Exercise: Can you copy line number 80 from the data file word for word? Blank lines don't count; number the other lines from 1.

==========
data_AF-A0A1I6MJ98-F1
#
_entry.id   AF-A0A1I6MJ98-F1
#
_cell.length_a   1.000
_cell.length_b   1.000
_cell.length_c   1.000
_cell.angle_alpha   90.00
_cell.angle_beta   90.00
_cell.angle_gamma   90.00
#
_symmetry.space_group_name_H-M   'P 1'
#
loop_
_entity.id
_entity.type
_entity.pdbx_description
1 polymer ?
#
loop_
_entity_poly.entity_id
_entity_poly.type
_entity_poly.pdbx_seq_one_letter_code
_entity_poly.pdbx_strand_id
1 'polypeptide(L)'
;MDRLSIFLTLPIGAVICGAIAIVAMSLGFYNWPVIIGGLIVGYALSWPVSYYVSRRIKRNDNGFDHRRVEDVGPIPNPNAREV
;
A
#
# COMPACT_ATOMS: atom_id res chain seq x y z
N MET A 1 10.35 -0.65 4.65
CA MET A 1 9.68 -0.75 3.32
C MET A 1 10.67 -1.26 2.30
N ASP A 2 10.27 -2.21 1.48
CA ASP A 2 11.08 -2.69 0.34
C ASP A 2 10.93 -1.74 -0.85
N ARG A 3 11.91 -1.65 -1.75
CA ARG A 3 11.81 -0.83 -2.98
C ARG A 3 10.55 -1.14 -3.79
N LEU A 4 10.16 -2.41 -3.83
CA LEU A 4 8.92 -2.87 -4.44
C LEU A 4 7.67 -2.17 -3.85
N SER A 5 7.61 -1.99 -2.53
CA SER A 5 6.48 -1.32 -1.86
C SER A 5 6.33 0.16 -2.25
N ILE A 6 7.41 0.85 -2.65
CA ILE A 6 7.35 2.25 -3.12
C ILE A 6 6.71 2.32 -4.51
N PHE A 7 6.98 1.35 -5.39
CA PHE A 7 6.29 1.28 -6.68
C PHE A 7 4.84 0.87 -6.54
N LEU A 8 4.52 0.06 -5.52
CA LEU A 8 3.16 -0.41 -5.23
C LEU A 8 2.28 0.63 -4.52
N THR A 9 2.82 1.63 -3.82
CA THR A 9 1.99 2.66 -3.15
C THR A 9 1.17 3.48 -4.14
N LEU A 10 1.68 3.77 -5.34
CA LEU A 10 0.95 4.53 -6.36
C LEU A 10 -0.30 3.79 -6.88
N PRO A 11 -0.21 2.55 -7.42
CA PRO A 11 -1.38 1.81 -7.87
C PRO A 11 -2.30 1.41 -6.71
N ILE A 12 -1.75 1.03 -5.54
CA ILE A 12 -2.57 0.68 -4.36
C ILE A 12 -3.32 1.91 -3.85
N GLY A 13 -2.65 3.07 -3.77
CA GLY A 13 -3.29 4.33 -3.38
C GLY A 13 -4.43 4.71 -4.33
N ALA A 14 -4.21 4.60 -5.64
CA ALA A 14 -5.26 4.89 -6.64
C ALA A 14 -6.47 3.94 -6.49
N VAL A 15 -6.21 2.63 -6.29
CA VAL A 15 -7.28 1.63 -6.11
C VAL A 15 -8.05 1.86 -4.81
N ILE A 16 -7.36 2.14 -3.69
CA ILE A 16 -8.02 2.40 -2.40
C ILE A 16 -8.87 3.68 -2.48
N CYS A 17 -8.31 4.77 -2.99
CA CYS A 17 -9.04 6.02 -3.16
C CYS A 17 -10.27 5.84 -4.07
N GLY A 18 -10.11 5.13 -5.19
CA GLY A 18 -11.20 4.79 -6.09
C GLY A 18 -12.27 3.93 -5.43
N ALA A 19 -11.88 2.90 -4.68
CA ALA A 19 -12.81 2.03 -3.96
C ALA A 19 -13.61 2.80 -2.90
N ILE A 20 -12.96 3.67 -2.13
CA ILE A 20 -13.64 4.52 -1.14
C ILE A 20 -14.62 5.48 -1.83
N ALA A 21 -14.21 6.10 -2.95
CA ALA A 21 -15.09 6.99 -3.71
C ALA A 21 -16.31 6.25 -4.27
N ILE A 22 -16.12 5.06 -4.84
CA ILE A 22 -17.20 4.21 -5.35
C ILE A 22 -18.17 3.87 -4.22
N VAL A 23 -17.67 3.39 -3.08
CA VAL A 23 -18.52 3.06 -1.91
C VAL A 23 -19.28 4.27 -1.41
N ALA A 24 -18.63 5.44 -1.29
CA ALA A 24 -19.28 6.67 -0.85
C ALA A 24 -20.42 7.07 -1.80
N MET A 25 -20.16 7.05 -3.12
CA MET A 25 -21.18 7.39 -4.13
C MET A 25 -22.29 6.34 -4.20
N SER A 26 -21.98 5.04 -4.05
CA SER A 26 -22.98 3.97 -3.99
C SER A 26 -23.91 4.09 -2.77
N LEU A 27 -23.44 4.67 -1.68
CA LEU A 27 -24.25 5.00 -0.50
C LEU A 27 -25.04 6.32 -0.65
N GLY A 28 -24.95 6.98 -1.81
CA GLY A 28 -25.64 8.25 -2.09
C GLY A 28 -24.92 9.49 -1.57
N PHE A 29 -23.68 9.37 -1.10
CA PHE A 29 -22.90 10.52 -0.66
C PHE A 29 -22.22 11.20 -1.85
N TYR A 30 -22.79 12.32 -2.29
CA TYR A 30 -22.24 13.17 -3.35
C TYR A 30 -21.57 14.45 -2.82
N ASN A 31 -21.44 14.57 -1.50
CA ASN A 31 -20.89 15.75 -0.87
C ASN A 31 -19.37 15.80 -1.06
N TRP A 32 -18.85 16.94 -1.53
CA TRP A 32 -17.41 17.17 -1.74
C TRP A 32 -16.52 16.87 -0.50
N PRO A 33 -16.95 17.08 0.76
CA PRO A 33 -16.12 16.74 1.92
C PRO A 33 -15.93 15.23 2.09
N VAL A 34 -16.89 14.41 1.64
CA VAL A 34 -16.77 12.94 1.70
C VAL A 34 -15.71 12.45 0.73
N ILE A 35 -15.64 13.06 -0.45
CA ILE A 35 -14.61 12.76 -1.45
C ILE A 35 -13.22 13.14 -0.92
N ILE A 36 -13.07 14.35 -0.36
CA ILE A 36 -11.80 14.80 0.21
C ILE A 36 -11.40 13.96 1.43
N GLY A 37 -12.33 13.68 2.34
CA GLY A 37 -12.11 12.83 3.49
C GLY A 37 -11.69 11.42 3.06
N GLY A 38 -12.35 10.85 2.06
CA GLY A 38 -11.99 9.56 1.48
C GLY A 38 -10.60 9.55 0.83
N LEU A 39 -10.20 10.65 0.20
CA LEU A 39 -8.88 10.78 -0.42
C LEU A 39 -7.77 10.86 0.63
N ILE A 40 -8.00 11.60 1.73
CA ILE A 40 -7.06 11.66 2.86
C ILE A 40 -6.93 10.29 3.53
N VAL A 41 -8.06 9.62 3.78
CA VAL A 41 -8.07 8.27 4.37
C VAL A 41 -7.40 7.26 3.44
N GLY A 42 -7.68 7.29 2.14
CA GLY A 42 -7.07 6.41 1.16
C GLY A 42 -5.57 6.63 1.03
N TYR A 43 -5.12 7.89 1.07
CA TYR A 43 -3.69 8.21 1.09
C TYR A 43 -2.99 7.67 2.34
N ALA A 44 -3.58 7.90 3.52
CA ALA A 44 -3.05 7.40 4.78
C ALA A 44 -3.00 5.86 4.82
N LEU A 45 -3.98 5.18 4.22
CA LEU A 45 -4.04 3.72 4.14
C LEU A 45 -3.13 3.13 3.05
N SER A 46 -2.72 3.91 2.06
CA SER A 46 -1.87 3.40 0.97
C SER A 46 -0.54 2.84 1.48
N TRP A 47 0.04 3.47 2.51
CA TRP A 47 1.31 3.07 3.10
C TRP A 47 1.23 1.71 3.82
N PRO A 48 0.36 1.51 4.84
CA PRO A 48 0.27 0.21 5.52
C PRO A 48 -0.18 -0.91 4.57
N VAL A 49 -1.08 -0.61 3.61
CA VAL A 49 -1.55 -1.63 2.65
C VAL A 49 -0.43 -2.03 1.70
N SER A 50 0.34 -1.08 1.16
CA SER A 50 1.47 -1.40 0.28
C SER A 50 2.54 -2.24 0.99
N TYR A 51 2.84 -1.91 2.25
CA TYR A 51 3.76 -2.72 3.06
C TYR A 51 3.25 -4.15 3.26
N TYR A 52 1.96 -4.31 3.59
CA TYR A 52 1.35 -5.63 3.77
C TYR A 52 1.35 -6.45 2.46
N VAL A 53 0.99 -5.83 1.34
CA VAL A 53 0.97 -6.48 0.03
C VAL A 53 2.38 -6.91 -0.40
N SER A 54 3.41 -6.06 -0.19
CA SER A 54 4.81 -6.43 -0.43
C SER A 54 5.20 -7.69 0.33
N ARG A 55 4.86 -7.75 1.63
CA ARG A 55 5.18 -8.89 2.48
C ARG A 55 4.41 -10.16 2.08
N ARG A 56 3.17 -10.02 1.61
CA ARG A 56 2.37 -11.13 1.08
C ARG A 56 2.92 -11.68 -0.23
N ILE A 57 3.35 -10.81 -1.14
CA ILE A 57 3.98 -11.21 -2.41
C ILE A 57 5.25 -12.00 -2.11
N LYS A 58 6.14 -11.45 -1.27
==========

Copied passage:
CA CYS A 17 -9.04 6.02 -3.16